How to Take Control of Your Energy Needs
With last year’s devastating wildfires in our recent memory, PG&E recently made the decision to temporarily shut down power services in high-risk areas. Power lines taken down by high-speed winds can cause sparks that ignite exceptionally dry foliage. Downed PG&E power lines have been linked to the 2018 Camp Fire that ripped through Northern California towns like Paradise. PG&E’s decision to shut off power sheds light on another issue, our reliance on utility companies. With climate change escalating and more climate-related problems expected to occur, it’s a good time to consider options to take control of your home’s energy needs.
In times of climate-related crises or natural disasters, many homeowners opt for gas-powered generators. While gas and diesel-powered generators are typically available, they can become expensive fast. Commercial energy rates average about $0.14/kWh while the rate of running a diesel energy costs closer to $1.00/kWh. Generators also depend on the availability of gasoline or other carbon-based fossil fuels, which cause pollution and may be harder to come by during an emergency.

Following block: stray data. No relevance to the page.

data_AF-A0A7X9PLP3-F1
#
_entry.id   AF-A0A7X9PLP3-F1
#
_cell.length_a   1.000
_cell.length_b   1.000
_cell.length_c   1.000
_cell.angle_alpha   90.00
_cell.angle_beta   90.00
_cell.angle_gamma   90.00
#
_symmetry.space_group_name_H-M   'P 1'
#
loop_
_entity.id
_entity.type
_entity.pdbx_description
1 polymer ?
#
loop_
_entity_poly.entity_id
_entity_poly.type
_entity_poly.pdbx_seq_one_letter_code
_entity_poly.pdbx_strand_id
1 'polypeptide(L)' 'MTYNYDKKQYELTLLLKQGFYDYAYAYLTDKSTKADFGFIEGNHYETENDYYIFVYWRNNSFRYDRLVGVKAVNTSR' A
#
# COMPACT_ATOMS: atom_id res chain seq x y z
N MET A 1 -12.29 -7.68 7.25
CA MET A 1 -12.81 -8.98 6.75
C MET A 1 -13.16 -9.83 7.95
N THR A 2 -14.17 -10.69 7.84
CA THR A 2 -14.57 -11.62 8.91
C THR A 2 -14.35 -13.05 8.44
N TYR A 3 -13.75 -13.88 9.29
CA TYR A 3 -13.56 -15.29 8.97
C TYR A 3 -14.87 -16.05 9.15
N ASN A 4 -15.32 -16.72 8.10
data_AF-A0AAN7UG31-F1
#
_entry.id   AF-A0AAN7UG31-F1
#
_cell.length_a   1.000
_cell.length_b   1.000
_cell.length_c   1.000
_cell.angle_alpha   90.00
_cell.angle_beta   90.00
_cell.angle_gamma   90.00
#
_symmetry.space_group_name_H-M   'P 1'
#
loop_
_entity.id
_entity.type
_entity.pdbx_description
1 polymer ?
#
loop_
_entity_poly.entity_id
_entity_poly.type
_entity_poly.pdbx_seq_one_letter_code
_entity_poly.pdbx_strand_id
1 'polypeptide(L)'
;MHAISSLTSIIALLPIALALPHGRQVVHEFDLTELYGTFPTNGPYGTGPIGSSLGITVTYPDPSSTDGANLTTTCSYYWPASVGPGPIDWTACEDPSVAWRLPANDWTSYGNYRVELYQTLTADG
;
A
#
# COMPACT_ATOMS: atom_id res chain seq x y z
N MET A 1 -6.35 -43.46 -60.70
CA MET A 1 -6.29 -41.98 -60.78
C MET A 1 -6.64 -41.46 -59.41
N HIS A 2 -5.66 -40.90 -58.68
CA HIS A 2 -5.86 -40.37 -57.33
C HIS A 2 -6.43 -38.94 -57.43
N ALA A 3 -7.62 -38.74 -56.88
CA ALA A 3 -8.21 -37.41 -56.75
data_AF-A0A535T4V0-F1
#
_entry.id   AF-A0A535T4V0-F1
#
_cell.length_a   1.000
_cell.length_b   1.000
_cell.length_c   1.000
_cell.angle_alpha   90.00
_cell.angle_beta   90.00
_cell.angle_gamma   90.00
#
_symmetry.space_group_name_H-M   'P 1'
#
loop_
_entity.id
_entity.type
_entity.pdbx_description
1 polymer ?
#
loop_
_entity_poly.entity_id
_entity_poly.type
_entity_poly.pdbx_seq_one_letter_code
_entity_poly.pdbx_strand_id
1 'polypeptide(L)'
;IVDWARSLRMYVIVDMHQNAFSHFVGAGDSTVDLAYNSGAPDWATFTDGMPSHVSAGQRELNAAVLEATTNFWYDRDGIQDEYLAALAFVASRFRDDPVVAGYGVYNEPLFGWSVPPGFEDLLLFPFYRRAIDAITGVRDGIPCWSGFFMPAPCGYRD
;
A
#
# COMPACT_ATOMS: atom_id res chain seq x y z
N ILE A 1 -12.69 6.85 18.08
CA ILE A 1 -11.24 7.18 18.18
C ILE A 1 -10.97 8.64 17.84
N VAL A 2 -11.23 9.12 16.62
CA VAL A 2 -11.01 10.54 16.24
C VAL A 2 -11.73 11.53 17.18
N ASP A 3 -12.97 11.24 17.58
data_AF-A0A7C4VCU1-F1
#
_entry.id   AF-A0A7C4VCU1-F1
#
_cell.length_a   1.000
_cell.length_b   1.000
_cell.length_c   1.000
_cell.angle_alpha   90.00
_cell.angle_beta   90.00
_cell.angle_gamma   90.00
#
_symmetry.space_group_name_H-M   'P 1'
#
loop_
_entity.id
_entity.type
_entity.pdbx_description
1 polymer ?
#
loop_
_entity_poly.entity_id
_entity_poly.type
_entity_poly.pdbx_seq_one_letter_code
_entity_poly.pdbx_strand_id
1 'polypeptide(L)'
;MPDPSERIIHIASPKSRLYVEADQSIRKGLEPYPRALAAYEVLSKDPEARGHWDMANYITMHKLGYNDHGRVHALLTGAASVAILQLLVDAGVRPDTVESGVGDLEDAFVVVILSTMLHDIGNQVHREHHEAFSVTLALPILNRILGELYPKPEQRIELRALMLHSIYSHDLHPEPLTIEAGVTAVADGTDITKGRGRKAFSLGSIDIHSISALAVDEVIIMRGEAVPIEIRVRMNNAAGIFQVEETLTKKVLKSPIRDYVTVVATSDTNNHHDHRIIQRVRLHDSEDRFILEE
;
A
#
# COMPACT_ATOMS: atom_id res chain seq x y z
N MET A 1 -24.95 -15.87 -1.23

Solar panel installation can help you store reserve energy at your home but will require some planning ahead. You realistically can’t get a solar panel system installed during a disaster, but you can prepare by adding a solar system to your home ahead of time. Solar system installation comes with an upfront cost, but over time you will save on your electric costs and be prepared for an energy disruption.
Microgrids that operate outside of major utility company can also support homeowners in the case of a natural disaster or planned power outage. When members of the community invest in their own utility infrastructure, major utility companies take notice. Adam Browning, executive director of Vote Solar explained, “distributed generation resiliency will be critical for services to be provided if you de-energize transmission lines. Relying on customers to modulate and own their own supply, that is directly at odds the with regulatory model that supports capital deployment by utilities. We need to point them towards the end goals of resiliency, safety and clean generation.”
Planned power outages may become more common as major utility companies try to be proactive about preventing damage during natural disasters. Adding a backup energy system to your home, like a solar panel system, may help you lower your ongoing utility costs and give you an alternative energy source during a disaster.